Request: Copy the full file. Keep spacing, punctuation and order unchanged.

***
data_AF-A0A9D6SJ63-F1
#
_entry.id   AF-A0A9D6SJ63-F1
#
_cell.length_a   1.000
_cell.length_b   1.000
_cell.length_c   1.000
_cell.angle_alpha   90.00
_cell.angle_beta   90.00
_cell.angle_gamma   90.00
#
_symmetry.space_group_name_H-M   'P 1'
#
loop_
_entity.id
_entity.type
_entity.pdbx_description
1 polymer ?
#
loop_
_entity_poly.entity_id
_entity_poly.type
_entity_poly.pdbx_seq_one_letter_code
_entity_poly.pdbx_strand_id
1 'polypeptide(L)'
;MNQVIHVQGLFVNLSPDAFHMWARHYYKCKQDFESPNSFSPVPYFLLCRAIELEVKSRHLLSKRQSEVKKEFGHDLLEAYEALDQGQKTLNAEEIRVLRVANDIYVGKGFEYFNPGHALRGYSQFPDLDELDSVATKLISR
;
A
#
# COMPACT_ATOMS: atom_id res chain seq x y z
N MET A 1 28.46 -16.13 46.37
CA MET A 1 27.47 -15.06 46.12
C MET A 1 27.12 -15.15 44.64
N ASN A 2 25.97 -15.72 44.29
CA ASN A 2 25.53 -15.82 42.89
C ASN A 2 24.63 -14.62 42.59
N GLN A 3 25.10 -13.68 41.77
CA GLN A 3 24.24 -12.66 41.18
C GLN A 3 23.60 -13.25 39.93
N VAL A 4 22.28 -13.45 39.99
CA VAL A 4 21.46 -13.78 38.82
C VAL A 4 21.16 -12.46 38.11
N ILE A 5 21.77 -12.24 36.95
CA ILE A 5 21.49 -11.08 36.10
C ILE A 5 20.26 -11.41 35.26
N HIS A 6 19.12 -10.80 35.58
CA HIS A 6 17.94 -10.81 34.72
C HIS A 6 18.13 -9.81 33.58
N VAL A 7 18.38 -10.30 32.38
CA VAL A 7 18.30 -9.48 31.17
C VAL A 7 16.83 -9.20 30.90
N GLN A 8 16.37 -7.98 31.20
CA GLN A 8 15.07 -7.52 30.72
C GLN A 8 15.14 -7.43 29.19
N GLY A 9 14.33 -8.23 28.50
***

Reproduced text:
data_AF-A0A9D6SJ63-F1
#
_entry.id   AF-A0A9D6SJ63-F1
#
_cell.length_a   1.000
_cell.length_b   1.000
_cell.length_c   1.000
_cell.angle_alpha   90.00
_cell.angle_beta   90.00
_cell.angle_gamma   90.00
#
_symmetry.space_group_name_H-M   'P 1'
#
loop_
_entity.id
_entity.type
_entity.pdbx_description
1 polymer ?
#
loop_
_entity_poly.entity_id
_entity_poly.type
_entity_poly.pdbx_seq_one_letter_code
_entity_poly.pdbx_strand_id
1 'polypeptide(L)'
;MNQVIHVQGLFVNLSPDAFHMWARHYYKCKQDFESPNSFSPVPYFLLCRAIELEVKSRHLLSKRQSEVKKEFGHDLLEAYEALDQGQKTLNAEEIRVLRVANDIYVGKGFEYFNPGHALRGYSQFPDLDELDSVATKLISR
;
A
#
# COMPACT_ATOMS: atom_id res chain seq x y z
N MET A 1 28.46 -16.13 46.37
CA MET A 1 27.47 -15.06 46.12
C MET A 1 27.12 -15.15 44.64
N ASN A 2 25.97 -15.72 44.29
CA ASN A 2 25.53 -15.82 42.89
C ASN A 2 24.63 -14.62 42.59
N GLN A 3 25.10 -13.68 41.77
CA GLN A 3 24.24 -12.66 41.18
C GLN A 3 23.60 -13.25 39.93
N VAL A 4 22.28 -13.45 39.99
CA VAL A 4 21.46 -13.78 38.82
C VAL A 4 21.16 -12.46 38.11
N ILE A 5 21.77 -12.24 36.95
CA ILE A 5 21.49 -11.08 36.10
C ILE A 5 20.26 -11.41 35.26
N HIS A 6 19.12 -10.80 35.58
CA HIS A 6 17.94 -10.81 34.72
C HIS A 6 18.13 -9.81 33.58
N VAL A 7 18.38 -10.30 32.38
CA VAL A 7 18.30 -9.48 31.17
C VAL A 7 16.83 -9.20 30.90
N GLN A 8 16.37 -7.98 31.20
CA GLN A 8 15.07 -7.52 30.72
C GLN A 8 15.14 -7.43 29.19
N GLY A 9 14.33 -8.23 28.50